His daughter is studying at London University and he came over to the UK so that both of them could go on a short trip to Paris. While they were out and about on Sunday, a fire started in the hotel and their room was at the centre of it. All their belongings were destroyed, including their clothes and their passports. About the only consolation was the fact that they were not in the hotel room at the time as, otherwise, who knows how they would have fared?

They had spent the early hours of the morning at the US Embassy obtaining temporary passports in order to return to London. They came back with only the clothes they were wearing but had a change of clothes here in London. That was what he was washing.


The first thing I did this morning was of course to go and fetch Freya from the cattery at the vet’s. They told me that she had been fine and had eaten well without any sign of vomiting (one of Freya’s little weak points). Despite having eaten well, Freya did not hesitate to badger me for food once we were back home, though she did remember to show a little affection as well!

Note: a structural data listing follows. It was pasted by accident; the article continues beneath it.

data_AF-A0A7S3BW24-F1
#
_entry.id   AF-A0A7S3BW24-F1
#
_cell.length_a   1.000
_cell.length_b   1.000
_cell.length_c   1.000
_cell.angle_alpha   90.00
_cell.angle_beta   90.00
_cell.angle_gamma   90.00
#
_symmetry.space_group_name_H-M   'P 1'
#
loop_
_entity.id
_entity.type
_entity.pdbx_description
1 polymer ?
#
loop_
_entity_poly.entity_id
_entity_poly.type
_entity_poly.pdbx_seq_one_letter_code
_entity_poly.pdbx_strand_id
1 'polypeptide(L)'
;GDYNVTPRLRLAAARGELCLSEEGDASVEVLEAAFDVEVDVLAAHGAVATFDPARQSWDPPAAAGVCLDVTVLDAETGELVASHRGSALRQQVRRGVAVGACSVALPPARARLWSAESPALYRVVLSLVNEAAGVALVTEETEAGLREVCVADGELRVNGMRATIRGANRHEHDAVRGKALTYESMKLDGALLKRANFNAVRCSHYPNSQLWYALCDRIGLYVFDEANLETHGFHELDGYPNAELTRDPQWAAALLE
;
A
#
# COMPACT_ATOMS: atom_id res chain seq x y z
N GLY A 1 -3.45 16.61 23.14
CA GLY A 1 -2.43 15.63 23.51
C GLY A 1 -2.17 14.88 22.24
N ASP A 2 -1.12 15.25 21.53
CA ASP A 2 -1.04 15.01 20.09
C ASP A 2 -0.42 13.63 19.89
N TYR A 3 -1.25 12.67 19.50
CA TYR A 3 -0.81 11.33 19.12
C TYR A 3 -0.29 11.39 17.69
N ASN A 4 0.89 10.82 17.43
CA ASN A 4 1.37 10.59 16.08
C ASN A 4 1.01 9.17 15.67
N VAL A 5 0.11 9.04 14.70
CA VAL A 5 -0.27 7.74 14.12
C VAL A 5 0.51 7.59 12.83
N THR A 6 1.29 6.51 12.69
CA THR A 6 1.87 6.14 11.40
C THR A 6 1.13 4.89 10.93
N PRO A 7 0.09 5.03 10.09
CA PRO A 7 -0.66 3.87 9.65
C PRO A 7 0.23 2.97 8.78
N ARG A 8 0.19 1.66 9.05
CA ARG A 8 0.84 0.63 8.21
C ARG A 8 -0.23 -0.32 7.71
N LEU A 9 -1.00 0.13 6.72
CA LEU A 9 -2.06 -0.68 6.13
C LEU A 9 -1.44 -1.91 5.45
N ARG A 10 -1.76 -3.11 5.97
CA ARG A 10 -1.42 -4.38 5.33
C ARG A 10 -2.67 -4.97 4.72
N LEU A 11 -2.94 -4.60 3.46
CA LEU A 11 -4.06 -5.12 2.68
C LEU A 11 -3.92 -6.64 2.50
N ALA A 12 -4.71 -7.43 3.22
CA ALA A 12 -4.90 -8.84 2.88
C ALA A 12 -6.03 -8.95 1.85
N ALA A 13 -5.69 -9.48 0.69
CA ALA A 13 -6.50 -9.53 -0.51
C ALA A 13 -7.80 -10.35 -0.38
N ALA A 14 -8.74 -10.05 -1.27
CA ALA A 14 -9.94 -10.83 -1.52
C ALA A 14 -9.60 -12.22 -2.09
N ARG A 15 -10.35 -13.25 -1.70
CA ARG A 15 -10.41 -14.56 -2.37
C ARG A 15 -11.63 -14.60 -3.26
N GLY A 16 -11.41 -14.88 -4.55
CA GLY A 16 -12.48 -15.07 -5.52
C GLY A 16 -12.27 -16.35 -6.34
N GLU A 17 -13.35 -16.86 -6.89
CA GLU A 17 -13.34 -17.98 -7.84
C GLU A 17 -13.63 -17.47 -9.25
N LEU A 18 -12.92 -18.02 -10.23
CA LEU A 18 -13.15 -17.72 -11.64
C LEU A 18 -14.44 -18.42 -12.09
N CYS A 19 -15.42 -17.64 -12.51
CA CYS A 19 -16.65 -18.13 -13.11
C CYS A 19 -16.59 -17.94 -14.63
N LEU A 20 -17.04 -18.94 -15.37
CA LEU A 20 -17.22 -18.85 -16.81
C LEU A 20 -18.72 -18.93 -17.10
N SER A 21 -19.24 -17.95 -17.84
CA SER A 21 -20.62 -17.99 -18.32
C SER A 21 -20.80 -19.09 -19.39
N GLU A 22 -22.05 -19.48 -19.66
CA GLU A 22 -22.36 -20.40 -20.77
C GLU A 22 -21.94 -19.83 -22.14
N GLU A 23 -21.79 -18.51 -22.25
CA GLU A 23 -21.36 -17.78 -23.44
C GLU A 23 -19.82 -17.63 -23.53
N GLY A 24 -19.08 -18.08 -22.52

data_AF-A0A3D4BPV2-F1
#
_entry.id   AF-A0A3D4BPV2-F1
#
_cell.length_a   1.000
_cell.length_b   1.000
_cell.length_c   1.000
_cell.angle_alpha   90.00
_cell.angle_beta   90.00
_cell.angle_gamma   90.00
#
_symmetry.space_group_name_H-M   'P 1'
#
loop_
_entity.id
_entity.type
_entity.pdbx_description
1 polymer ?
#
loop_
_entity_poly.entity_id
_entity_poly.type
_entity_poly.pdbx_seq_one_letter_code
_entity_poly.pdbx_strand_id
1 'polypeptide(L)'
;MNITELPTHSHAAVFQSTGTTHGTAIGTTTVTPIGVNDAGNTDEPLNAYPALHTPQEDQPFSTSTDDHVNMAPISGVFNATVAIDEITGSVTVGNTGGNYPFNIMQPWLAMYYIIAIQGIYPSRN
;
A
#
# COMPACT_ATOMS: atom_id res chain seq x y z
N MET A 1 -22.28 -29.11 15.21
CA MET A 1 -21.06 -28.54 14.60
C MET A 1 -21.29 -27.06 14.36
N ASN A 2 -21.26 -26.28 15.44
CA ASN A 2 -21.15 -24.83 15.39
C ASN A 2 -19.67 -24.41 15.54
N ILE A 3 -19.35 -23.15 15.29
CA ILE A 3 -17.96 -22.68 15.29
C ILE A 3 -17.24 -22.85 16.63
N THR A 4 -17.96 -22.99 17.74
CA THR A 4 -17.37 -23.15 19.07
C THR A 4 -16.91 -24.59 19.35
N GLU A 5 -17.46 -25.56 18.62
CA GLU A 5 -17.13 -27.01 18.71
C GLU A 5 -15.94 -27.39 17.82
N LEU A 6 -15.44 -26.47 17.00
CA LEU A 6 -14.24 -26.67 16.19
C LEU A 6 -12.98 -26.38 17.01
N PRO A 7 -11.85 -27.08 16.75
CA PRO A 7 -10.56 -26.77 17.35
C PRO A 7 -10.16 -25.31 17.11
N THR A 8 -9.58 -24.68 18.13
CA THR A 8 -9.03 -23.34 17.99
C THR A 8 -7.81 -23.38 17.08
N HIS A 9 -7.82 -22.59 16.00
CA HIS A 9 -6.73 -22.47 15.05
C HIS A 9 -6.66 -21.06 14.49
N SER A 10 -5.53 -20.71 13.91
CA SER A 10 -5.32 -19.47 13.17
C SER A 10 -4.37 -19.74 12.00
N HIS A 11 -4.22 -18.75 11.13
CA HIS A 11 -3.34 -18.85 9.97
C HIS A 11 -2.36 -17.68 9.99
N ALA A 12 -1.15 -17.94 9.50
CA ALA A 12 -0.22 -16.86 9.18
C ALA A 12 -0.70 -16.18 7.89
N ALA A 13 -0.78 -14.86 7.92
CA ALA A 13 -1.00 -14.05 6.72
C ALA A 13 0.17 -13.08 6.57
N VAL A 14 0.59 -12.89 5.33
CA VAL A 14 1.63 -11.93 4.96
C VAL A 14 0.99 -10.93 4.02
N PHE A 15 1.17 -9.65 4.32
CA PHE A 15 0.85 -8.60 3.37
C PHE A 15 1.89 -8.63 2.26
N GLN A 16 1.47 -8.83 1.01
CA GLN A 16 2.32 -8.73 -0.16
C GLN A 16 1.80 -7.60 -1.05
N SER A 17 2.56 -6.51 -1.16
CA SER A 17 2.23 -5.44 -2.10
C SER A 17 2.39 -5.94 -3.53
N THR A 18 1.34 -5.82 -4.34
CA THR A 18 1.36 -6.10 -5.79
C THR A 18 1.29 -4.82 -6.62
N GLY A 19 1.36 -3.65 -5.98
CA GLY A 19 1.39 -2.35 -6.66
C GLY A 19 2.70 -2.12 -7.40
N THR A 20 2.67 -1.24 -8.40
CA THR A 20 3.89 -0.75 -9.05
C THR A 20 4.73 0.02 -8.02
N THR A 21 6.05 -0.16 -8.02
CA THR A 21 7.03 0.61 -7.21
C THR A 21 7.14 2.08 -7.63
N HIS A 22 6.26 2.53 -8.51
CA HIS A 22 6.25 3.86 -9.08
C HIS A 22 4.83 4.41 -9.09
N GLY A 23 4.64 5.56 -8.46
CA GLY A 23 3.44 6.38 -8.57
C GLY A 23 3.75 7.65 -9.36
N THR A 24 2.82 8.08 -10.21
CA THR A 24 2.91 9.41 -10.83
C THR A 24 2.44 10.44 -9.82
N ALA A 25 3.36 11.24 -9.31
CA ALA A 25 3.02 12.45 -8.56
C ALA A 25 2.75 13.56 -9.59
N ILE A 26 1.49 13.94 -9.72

It looks as if the loss of appetite which started the recent chain of events has something to do with her usual food. She now resolutely refuses to eat this, though she happily wolfs down anything else I give her. Perhaps the dry food no longer suits her and that was why she was so often sick. I will have to find a different diet for her.

I will write up our trip over the next few days. I left you some clues as to our destination but I unfortunately made an error. I stated that our destination town was a port. Well, it was once, but no longer. In fact, I think it ceased being a port in about the 15th century! That’ll teach me to be more careful. I have removed the mention of the port from the original post.